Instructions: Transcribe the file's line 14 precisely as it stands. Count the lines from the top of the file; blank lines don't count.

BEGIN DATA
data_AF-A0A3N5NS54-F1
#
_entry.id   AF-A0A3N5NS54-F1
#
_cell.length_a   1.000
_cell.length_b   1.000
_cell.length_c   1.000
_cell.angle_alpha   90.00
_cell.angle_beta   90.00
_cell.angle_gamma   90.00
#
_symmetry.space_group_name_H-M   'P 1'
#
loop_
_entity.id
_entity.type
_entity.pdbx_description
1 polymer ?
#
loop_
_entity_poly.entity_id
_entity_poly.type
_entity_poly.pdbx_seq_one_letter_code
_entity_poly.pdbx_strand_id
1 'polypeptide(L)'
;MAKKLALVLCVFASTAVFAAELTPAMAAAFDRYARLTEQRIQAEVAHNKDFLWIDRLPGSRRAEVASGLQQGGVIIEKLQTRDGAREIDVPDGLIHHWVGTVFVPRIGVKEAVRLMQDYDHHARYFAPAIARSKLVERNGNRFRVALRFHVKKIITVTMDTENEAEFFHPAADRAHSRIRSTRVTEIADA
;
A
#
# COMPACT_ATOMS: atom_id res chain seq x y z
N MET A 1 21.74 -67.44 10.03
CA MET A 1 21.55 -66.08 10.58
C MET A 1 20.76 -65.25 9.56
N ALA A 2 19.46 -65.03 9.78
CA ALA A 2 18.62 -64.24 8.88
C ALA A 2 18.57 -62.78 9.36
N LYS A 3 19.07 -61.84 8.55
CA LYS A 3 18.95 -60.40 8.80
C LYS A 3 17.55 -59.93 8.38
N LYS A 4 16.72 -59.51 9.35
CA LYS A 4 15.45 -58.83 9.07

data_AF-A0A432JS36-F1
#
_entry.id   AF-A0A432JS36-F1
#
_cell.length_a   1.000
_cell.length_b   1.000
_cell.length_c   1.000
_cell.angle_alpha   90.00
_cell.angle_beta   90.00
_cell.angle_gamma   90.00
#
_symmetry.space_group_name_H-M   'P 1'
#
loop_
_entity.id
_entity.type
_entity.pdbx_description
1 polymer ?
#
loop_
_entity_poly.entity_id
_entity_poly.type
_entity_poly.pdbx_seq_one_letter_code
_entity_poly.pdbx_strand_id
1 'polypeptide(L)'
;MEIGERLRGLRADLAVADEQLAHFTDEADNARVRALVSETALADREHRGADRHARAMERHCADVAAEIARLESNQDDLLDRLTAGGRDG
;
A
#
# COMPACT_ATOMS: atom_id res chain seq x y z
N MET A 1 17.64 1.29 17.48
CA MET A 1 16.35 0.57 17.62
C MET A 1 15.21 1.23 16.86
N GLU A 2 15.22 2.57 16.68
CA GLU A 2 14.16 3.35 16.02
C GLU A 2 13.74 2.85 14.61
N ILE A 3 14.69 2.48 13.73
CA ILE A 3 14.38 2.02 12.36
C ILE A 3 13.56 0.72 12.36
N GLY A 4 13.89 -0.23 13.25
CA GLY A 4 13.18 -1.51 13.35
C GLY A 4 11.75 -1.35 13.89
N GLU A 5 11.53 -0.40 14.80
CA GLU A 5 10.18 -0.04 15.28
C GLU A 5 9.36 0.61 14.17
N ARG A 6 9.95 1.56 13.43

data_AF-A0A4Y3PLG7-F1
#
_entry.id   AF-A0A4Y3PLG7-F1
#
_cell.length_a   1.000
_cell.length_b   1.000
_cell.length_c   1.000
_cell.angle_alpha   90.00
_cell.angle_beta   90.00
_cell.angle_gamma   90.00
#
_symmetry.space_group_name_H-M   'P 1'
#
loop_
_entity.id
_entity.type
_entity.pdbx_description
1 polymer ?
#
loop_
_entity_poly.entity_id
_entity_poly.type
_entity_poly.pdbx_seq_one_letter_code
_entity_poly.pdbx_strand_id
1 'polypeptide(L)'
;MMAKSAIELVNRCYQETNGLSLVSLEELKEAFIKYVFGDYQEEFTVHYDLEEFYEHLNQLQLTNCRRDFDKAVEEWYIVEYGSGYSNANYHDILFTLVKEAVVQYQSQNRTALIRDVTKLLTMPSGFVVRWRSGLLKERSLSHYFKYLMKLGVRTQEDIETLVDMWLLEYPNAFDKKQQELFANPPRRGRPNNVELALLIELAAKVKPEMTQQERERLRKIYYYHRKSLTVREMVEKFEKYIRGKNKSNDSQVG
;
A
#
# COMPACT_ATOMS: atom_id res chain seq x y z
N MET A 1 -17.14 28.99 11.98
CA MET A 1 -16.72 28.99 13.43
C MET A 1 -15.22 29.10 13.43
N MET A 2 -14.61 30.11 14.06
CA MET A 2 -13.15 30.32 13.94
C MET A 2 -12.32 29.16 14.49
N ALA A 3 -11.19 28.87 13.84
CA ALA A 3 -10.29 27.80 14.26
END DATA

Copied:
loop_